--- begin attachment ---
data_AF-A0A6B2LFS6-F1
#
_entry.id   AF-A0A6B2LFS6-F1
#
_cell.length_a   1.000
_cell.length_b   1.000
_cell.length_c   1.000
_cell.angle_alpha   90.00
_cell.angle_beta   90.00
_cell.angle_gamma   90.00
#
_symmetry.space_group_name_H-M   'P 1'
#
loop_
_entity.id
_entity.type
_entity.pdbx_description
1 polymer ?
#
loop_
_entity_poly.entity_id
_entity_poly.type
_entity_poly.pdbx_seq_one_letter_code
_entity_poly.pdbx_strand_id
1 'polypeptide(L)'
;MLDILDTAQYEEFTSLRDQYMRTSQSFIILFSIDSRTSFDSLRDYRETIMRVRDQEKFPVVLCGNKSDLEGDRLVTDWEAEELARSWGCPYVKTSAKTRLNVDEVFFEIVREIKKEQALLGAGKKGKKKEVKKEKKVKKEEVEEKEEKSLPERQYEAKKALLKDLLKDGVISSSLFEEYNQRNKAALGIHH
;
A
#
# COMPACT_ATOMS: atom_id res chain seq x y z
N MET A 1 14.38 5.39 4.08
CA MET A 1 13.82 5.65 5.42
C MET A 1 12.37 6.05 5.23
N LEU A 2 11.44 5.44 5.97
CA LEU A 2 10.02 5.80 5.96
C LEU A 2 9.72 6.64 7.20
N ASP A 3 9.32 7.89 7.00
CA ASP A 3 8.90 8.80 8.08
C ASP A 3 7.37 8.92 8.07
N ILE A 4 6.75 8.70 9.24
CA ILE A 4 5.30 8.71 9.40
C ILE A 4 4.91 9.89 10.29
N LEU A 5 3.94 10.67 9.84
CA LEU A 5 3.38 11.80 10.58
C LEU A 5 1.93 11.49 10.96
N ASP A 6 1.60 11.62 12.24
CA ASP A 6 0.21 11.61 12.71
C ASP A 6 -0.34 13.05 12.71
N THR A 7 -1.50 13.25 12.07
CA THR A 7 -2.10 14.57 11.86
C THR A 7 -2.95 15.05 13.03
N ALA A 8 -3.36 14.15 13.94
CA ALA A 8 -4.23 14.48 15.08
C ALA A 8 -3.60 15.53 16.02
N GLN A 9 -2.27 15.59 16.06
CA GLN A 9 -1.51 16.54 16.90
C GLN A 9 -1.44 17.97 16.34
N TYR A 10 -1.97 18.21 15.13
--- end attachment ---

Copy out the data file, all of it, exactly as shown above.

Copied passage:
data_AF-A0A6B2LFS6-F1
#
_entry.id   AF-A0A6B2LFS6-F1
#
_cell.length_a   1.000
_cell.length_b   1.000
_cell.length_c   1.000
_cell.angle_alpha   90.00
_cell.angle_beta   90.00
_cell.angle_gamma   90.00
#
_symmetry.space_group_name_H-M   'P 1'
#
loop_
_entity.id
_entity.type
_entity.pdbx_description
1 polymer ?
#
loop_
_entity_poly.entity_id
_entity_poly.type
_entity_poly.pdbx_seq_one_letter_code
_entity_poly.pdbx_strand_id
1 'polypeptide(L)'
;MLDILDTAQYEEFTSLRDQYMRTSQSFIILFSIDSRTSFDSLRDYRETIMRVRDQEKFPVVLCGNKSDLEGDRLVTDWEAEELARSWGCPYVKTSAKTRLNVDEVFFEIVREIKKEQALLGAGKKGKKKEVKKEKKVKKEEVEEKEEKSLPERQYEAKKALLKDLLKDGVISSSLFEEYNQRNKAALGIHH
;
A
#
# COMPACT_ATOMS: atom_id res chain seq x y z
N MET A 1 14.38 5.39 4.08
CA MET A 1 13.82 5.65 5.42
C MET A 1 12.37 6.05 5.23
N LEU A 2 11.44 5.44 5.97
CA LEU A 2 10.02 5.80 5.96
C LEU A 2 9.72 6.64 7.20
N ASP A 3 9.32 7.89 7.00
CA ASP A 3 8.90 8.80 8.08
C ASP A 3 7.37 8.92 8.07
N ILE A 4 6.75 8.70 9.24
CA ILE A 4 5.30 8.71 9.40
C ILE A 4 4.91 9.89 10.29
N LEU A 5 3.94 10.67 9.84
CA LEU A 5 3.38 11.80 10.58
C LEU A 5 1.93 11.49 10.96
N ASP A 6 1.60 11.62 12.24
CA ASP A 6 0.21 11.61 12.71
C ASP A 6 -0.34 13.05 12.71
N THR A 7 -1.50 13.25 12.07
CA THR A 7 -2.10 14.57 11.86
C THR A 7 -2.95 15.05 13.03
N ALA A 8 -3.36 14.15 13.94
CA ALA A 8 -4.23 14.48 15.08
C ALA A 8 -3.60 15.53 16.02
N GLN A 9 -2.27 15.59 16.06
CA GLN A 9 -1.51 16.54 16.90
C GLN A 9 -1.44 17.97 16.34
N TYR A 10 -1.97 18.21 15.13